Image: Brighton Philharmonic Orchestra with conductor Barry Wordsworth
On Remembrance Sunday, the Brighton Philharmonic Orchestra was joined by an incredible young cellist, Gemma Rosefield, in a performance at the Brighton Dome.
The Philharmonic Orchestra, understandably, might not seem a gripping musical opportunity to some people of our generation, and indeed upon arriving at the dome foyer, while standing at the bar ordering a rose lemonade (it seemed apt amongst the beautiful decor of the Brighton Dome), I was told ‘You don’t usually see people young people at these concerts!’
I could see plainly that this was true, and sadly I couldn’t say I was surprised. I think everyone prides themselves on a varied and somewhat ‘unique’ music taste, it seems that more varied your iPod, the higher you rank your musical knowledge. With this in mind, I know quite a few friends that have the likes of infamous, Adagio For Strings or Madame Butterfly on a playlist, somewhere. However there’s a distinction between keeping the work of Hans Zimmer on your iPod for a rainy day, and actually paying to truly take in the experience of live classical music. Unfortunately, young people just don’t seem that interested in orchestral performances.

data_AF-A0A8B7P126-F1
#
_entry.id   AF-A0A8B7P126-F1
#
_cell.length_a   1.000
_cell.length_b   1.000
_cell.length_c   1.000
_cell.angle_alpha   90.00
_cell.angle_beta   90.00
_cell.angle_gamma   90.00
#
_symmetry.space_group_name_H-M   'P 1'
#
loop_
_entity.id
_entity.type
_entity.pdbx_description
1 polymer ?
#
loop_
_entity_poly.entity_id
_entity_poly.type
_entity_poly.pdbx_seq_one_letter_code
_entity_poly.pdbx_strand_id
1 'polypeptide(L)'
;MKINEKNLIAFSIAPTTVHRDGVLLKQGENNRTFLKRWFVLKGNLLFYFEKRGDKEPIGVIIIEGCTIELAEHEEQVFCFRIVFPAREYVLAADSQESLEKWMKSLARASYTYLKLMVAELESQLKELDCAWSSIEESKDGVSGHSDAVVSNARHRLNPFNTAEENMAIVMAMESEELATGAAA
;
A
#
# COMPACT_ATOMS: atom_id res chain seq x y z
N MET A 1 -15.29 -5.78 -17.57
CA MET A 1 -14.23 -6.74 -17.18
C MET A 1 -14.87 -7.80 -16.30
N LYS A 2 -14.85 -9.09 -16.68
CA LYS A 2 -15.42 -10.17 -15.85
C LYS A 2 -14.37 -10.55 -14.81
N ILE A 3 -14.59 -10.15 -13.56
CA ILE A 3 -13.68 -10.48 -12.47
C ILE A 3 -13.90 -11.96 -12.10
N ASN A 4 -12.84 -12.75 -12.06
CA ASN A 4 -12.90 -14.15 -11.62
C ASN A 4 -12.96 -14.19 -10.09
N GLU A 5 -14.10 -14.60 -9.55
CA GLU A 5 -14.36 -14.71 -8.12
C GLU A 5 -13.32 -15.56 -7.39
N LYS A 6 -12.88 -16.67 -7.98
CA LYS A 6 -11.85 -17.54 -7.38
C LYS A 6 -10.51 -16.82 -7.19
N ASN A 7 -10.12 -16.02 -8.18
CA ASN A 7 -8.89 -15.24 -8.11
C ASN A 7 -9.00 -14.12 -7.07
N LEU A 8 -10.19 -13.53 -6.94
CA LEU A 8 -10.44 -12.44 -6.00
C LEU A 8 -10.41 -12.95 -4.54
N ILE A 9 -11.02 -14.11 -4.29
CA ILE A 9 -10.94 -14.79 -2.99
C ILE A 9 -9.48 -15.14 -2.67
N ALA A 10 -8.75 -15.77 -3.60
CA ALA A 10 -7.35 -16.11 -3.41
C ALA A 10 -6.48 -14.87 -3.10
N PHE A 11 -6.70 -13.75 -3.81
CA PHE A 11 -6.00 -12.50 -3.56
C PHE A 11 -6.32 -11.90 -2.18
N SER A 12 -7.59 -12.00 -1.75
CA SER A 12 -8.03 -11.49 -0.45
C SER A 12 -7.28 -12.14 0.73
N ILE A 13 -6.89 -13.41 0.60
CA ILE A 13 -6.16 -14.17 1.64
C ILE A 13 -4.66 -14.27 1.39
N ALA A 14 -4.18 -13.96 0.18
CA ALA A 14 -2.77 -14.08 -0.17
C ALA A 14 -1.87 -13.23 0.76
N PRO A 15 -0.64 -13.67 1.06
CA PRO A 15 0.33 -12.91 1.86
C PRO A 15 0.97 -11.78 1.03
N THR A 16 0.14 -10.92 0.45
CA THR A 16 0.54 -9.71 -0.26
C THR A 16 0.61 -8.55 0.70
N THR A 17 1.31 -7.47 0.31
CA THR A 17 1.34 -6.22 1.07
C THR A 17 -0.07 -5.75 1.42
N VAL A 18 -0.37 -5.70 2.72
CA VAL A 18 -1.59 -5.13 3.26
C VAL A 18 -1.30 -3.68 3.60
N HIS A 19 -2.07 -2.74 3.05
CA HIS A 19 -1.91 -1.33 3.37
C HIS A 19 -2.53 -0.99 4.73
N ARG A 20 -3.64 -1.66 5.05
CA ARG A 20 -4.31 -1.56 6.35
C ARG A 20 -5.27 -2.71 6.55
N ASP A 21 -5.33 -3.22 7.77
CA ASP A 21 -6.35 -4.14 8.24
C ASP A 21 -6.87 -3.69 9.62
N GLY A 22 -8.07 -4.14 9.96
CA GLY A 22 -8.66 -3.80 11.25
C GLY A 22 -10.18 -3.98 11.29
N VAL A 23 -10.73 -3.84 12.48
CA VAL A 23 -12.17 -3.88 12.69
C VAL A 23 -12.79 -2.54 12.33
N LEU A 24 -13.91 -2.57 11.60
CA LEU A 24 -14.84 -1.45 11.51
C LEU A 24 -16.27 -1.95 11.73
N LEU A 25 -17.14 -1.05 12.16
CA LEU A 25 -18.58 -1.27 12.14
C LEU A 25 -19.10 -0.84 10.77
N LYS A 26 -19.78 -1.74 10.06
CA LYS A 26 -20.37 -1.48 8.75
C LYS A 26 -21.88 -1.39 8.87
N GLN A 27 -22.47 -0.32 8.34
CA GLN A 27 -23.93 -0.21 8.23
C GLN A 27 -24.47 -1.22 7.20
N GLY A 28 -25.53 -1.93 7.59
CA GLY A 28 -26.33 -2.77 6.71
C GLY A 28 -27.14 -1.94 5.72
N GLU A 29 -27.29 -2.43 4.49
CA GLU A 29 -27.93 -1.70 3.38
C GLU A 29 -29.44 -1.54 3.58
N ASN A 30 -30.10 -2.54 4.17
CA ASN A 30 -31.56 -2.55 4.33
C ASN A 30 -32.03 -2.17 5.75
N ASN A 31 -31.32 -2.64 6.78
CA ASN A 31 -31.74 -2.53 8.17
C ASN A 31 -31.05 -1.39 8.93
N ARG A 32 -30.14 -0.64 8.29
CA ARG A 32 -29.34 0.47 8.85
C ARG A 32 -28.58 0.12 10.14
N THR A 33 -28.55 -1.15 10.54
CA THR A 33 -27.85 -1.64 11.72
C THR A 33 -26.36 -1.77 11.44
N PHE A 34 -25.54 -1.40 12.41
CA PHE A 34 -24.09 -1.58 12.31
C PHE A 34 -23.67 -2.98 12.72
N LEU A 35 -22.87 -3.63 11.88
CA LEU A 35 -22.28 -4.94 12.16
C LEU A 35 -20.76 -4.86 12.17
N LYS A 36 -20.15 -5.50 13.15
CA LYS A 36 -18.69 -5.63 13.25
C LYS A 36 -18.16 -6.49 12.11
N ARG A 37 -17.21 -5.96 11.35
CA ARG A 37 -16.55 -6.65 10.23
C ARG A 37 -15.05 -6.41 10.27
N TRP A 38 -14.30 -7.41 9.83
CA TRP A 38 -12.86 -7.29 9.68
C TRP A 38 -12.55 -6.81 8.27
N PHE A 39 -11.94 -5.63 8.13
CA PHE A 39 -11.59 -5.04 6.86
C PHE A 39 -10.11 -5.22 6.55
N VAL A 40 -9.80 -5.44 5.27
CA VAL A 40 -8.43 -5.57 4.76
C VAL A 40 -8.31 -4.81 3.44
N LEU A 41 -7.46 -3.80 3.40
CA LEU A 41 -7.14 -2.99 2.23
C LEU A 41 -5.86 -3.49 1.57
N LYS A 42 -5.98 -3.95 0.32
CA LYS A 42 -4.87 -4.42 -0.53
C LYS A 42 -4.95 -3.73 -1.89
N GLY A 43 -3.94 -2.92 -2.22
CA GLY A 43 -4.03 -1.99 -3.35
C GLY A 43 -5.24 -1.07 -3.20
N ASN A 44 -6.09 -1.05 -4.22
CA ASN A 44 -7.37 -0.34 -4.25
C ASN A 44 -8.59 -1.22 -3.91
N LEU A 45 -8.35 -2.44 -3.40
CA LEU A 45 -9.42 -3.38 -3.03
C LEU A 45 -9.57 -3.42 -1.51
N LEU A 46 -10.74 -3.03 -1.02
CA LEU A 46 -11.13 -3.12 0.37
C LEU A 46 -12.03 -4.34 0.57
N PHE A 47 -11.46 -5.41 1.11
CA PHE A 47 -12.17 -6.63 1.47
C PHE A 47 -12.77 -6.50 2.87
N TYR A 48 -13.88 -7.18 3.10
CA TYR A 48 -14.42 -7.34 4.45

Yet, the Orchestra’s performance on Sunday was simply captivating.
The concert opened with Elgar’s enchanting ballet, The Sanguine Fan, one of the pieces of music he composed to aid wartime charities. The historical significance of the ballet was incredibly moving, the way the music conveyed the composer’s light attempts to escape the horrors of the First Wold War was just touching and there was a real sense of this amongst the audience. The fact that it was remembrance Sunday made the musical piece all the more powerful, and there was a true sense of gratitude as the audience refused to stop applauding.
The Guest cellist, Gemma Rosefield was inspirational, to say the least. She played on a cello created in 1704 in Naples. A cello which was once owned and played by the Prince Regent, later becoming King George IV. He was actually thought to be a talented player of the Cello, and so the instrument was held at the pavilion for a long while. Thus, the homecoming of the cello was very poignant and Gemma literally brought the instrument to life. She artfully controlled it, and in awe, the audience watched her dominate the stage, skilfully engaging an old and beautiful sound.
The main performance was given by the Orchestra alone, playing Schubert’s Great C major Symphony. I can’t pretend to be an orchestral expert, but in no way do you have to be in order to acknowledge the powerful delight of this Symphony. This heavenly, exciting piece of music can be appreciated by anybody. Music like this will never fail to mesmerise.
There was no dance floor, no dancing, like I’m used to at concerts, but it was impossible to leave the concert hall unmoved. Amongst the audience there was a real sense of appreciation and enchantment. Like any good concert, I left feeling like I wanted to listen to it all again and again, I felt sincerely humbled and relaxed.
The Dome offers students 50% off these events, as well as many other amazing student offers. If you’re interested, visit their website.
By Polly Wyatt